SIMFEROPOL, February 27 (RIA Novosti) – Unidentified armed men apparently seeking closer ties with Russia on Thursday seized the parliament in the Crimean Peninsula in southern Ukraine.
The occupation comes a day after crowds of Crimean Tatars scuffled outside the building with pro-Russians, who have said they reject the rule of the leadership that has taken over the country since President Viktor Yanukovych was ousted over the weekend. The local Muslim Tatar population largely supports the incoming government in Kiev.
“We came to work but we can’t get inside the parliament. The building is surrounded by police … we were told that the building has been seized,” a spokesperson for the parliament said.
A Russian flag was reportedly hoisted by pro-Russian self-defense squads that stormed the building in the regional capital, Simferopol. The squads have been forming in predominantly ethnic Russian Crimea since Yanukovych was toppled.
The offices of Crimea’s Cabinet were also reportedly been seized overnight. Footage from the parliament showed Thursday that small barricades had been erected outside the building.
Crimean Prime Minister Anatoly Mogilev said he conducted negotiations with the men inside the parliament, but said he was told the group does not have the authority to put forward demands, according to a statement on the Crimean government website.
Police had set up a cordon around the parliament and the men inside were allowing deputies to enter and exit.
Ukraine’s acting Interior Minister confirmed the seizure by men with automatic weapons and machine guns in a Facebook post Thursday.
“The alarm has been raised among Interior Ministry troops and the police,” he said. “Measures have been taken to… prevent the situation developing into an armed confrontation in the center of the city.”
Prosecutors in Ukraine said in a statement that they had opened a terrorism case regarding the storming.
The legislative body was due to consider a motion on whether to hold a local referendum giving Crimea greater autonomy Thursday afternoon.
On Thursday evening, the parliament resolved to hold the referendum on May 25. The proposal was supported by 61 lawmakers out of 64 present at the session, a parliament spokesman said.
Crimean residents will have to answer the following question: “do you support Crimea’s self-determination as a part of Ukraine, on the basis of international treaties and agreements?”
It is yet unclear whether the negative answer to that question indicates support for the declaration of independence.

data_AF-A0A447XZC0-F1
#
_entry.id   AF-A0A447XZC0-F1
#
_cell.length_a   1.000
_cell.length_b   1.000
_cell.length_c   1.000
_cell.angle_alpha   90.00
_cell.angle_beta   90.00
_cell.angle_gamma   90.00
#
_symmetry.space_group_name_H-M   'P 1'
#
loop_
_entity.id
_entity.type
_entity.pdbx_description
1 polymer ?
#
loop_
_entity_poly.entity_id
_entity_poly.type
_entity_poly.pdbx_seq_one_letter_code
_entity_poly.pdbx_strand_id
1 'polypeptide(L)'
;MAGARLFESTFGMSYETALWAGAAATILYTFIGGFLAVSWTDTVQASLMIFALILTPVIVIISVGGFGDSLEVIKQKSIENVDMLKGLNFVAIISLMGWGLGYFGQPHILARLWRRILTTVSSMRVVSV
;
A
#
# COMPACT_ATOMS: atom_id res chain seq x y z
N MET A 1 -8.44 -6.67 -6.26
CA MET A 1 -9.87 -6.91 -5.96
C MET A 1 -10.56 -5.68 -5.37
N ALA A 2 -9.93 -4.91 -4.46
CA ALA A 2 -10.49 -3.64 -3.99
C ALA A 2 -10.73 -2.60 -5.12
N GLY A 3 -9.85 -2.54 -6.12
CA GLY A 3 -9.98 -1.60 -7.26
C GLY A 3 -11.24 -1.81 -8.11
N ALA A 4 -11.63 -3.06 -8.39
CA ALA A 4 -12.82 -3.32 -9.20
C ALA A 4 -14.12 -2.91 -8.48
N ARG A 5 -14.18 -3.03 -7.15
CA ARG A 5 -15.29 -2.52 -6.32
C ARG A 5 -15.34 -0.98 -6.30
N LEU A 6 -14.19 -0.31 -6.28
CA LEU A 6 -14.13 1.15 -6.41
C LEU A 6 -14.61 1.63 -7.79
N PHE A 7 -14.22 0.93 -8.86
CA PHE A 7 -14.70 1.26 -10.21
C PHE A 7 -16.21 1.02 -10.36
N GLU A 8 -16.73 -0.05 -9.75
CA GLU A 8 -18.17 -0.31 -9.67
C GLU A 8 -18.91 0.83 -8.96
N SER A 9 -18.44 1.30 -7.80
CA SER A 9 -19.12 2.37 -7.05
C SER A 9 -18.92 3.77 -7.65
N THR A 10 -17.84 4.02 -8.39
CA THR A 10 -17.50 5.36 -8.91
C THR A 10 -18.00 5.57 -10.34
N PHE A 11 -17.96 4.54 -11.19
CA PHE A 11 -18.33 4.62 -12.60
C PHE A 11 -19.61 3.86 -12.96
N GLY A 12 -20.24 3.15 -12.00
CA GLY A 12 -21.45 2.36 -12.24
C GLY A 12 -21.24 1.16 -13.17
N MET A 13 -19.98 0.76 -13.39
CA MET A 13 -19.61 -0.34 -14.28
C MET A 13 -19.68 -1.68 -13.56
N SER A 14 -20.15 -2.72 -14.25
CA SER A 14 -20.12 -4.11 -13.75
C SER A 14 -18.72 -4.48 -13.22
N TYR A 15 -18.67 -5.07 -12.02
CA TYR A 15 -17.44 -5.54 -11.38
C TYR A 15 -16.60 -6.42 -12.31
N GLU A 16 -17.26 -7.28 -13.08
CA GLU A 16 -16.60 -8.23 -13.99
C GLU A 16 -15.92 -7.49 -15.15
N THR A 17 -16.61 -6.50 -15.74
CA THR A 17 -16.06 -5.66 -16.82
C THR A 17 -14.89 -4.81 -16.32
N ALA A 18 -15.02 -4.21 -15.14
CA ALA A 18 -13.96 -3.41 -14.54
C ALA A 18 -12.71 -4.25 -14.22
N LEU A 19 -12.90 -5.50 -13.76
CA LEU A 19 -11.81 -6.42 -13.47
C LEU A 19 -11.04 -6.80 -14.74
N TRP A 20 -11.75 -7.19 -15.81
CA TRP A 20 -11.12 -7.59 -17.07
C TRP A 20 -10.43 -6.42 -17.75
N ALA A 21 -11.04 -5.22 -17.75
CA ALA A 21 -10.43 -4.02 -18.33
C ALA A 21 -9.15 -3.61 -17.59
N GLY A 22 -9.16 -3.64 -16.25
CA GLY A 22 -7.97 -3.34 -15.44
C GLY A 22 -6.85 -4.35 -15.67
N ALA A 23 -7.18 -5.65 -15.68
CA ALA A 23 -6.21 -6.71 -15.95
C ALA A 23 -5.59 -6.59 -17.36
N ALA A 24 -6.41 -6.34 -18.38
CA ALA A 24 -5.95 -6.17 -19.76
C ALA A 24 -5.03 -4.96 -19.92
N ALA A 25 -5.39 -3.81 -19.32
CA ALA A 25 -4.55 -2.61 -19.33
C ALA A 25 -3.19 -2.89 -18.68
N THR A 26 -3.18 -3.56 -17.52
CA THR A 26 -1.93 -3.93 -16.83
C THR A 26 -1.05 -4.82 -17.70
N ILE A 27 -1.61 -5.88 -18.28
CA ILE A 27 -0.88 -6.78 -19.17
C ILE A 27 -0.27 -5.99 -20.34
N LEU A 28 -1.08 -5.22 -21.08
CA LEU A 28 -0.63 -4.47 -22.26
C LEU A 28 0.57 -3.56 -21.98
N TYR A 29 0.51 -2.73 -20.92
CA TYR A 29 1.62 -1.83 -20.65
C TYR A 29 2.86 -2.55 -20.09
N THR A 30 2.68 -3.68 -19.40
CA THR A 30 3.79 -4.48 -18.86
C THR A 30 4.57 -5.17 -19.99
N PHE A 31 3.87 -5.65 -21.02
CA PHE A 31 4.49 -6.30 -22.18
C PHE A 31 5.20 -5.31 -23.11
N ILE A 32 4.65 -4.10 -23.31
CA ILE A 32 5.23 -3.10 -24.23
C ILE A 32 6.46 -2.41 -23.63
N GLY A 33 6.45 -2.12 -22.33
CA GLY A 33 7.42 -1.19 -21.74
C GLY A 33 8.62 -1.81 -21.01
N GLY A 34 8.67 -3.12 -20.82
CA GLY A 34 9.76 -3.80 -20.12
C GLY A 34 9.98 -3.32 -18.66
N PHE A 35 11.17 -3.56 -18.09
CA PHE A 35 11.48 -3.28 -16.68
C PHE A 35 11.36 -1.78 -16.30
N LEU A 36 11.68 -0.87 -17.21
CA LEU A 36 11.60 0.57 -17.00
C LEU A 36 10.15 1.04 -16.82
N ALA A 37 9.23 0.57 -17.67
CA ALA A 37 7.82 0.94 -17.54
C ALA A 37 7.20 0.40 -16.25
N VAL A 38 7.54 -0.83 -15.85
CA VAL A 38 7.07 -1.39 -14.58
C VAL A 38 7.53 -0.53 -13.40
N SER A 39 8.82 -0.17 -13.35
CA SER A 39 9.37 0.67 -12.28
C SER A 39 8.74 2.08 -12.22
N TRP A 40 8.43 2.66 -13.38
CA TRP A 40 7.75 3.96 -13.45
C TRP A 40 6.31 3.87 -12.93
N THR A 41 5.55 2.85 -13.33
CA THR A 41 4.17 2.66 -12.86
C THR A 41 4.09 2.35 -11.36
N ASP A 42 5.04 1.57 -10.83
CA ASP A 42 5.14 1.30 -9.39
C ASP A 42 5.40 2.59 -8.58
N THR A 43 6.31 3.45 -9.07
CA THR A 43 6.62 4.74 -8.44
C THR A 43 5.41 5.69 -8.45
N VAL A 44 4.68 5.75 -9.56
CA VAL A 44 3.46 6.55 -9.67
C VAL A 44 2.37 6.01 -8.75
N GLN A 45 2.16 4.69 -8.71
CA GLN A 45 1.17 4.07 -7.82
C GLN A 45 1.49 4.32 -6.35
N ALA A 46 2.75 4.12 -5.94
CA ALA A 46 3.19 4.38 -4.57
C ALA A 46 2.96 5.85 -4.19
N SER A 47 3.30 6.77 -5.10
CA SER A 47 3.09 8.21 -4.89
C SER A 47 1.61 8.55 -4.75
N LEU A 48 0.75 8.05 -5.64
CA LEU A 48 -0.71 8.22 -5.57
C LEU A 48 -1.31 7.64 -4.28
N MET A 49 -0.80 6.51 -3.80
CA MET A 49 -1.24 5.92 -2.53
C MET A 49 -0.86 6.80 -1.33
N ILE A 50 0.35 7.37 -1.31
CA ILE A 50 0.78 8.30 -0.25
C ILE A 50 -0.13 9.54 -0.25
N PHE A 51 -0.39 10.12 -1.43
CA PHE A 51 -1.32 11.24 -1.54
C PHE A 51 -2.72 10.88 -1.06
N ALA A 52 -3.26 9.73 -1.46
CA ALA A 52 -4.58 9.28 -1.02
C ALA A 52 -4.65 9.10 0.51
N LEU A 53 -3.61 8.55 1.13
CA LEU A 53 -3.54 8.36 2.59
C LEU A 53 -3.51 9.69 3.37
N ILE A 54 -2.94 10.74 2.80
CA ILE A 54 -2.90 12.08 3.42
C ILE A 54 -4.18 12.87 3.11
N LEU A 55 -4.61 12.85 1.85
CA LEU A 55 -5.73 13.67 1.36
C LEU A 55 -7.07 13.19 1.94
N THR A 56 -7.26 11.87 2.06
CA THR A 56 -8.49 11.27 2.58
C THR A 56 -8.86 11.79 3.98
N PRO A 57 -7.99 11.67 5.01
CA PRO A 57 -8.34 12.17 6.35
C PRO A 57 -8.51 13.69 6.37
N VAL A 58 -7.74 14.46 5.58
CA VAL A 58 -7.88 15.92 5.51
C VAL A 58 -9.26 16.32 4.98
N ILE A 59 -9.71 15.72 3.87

Many of pro-Russian protesters, who had gathered outside the building and unfurled a huge Russian flag, hailed the decision, while others said they were puzzled by the vague wording of the question. Some protestors also demanded to hold the referendum at an earlier date.
The parliament also voted to approve Serhiy Aksenov, a leader of the “Russian Unity” party, as head of the region’s government. Crimea’s new prime minister immediately pledged allegiance to Yanukovych, saying that he considered him still Ukraine's legitimate head of state.
Meanwhile, Ukraine’s acting president Oleksandr Turchynov sacked his envoy to the region, Viktor Plakyda, and appointed in his place Serhiy Kunytsyn, a member of Vitali Klitschko's Udar party and the former head of the republic’s cabinet of ministers.
Crimea is an autonomous republic within Ukraine and has its own prime minister, who is appointed in agreement with central government in Kiev.
Some local pro-Russian groups, fearful of the nationalist rhetoric emanating from Kiev in recent days, have called for Crimea to secede from Ukraine and asked for Russia to intervene. Pro-Russian demonstrations, where protesters wave Russian flags, have been held in several regional cities since the weekend.
Crimea was part of Russia until 1954, when it was transferred to the Ukrainian republic within the Soviet Union. Russia has a large naval base on the peninsula on which it recently extended a lease until 2042.
Updates with the parliament’s decision to hold referendum, new appointments